The teacher as informer
The tensions of social work corresponding to the era of mass youth unemployment are analogous to those of teaching: increased workloads (but usually as a result of cutbacks rather than having to cope with more pupils) and more, much more police involvement. Moreover there has been over the past 8 years or so a slow but sure process of weeding out the more liberal and 'rebellious' teachers leaving behind a core of either frightened or avowedly conservative teachers. Sir Keith Joseph's pronouncement (Jan 6th '82) to local authorities to find 'better ways of getting rid of ineffective teachers' is the latest in a long line of similar strictures.
The strain of the job contributes amongst teachers' hardening of attitudes and a defensive posture bordering on hysteria. To typify education nowadays as compulsory mis-education is, if secondary school teachers are present, tantamount to a declaration of war. Assembling the nitty gritty of details enabling one to form some kind of accurate picture of what is happening in schools is then halted by abusive, crass apologetics. Necessarily an analysis of the changing role of secondary teaching is fragmentary because details are lacking. Teachers keep mum about the shocking reality they are a witness to.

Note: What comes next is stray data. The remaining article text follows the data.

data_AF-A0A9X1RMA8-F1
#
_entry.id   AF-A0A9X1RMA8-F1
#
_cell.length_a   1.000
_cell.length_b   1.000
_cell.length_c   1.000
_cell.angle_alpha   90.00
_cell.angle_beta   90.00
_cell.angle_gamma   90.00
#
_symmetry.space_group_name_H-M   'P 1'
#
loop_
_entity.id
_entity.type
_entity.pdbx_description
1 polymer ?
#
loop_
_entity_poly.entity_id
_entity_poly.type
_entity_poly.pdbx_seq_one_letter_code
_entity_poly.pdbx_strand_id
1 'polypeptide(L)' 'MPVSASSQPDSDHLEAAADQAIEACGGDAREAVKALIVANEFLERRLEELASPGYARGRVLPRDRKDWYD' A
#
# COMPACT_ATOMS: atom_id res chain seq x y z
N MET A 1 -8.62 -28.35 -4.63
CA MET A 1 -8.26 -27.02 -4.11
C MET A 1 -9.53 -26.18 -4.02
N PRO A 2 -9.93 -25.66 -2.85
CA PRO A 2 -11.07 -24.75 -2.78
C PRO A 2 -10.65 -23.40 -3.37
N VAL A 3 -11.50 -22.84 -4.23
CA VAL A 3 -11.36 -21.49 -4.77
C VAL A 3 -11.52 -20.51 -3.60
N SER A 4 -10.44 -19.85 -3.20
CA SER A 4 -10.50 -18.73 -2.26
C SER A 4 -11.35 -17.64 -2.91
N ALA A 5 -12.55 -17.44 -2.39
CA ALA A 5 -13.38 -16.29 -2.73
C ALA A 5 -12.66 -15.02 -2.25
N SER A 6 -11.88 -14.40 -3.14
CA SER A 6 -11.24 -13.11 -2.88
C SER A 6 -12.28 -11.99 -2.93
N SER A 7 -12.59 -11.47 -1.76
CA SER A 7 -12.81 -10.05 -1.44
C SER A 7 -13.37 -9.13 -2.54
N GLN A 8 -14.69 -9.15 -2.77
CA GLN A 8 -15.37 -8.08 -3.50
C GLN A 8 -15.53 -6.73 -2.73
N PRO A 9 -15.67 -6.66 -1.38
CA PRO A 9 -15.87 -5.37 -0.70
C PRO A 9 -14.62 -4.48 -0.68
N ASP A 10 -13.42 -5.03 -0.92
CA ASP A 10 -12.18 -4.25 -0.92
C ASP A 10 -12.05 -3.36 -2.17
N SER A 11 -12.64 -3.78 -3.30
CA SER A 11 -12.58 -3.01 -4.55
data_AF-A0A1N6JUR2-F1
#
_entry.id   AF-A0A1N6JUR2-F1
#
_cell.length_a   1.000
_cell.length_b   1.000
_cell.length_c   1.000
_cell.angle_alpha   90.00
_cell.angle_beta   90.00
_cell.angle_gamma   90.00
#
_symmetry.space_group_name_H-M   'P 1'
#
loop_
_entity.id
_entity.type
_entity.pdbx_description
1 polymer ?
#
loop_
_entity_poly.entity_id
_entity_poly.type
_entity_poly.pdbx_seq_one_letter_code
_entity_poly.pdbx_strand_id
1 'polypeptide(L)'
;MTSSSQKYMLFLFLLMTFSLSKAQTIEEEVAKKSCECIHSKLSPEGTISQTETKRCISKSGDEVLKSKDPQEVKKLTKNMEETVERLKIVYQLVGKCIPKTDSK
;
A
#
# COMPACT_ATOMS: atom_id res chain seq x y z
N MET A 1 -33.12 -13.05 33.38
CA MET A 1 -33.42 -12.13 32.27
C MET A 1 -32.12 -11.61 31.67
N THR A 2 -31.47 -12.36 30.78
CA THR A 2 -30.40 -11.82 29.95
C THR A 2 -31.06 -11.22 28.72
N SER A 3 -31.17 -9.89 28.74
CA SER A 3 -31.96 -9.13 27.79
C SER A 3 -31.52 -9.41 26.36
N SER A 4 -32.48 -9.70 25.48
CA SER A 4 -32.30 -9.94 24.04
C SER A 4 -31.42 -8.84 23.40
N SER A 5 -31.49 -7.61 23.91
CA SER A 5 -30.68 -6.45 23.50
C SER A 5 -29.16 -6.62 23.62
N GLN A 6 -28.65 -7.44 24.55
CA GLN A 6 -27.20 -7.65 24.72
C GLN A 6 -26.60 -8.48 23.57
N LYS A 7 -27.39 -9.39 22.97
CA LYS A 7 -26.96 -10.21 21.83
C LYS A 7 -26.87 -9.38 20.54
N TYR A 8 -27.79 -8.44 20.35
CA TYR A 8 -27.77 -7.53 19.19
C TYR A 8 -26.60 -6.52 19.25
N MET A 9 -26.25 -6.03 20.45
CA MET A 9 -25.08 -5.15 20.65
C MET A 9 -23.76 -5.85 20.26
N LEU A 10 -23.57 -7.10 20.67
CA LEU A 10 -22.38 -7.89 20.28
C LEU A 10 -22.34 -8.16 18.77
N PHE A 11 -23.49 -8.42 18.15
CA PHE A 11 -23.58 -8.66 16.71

But the kind of policing activities teachers are progressively involved in was revealed with refreshing and chilling clarity in Toxteth. The Times reported that 'during the weekend riots school teachers had reported seeing not just children from their own schools in Liverpool amongst the rioters but those from schools outside the city'. That just about says it all.
Though schoolteachers needn't in private uphold the views of e.g. education committees, they are virtually constrained in practise to follow suit or risk disciplinary proceedings and the sack. In Liverpool for instance there was a striking concurrence between Councillor Michael Storey's (Chairman of Liverpool education committee and headteacher of a school outside the city education area) opinions and those of the Home Secretary, Willie Whitelaw. 'Parental responsibility' he said 'has gone out of the window. Not knowing where 8, 9 or 10 year olds are is disgraceful. The position is quite clear. Parents are responsible for their children' (The Times July 9th).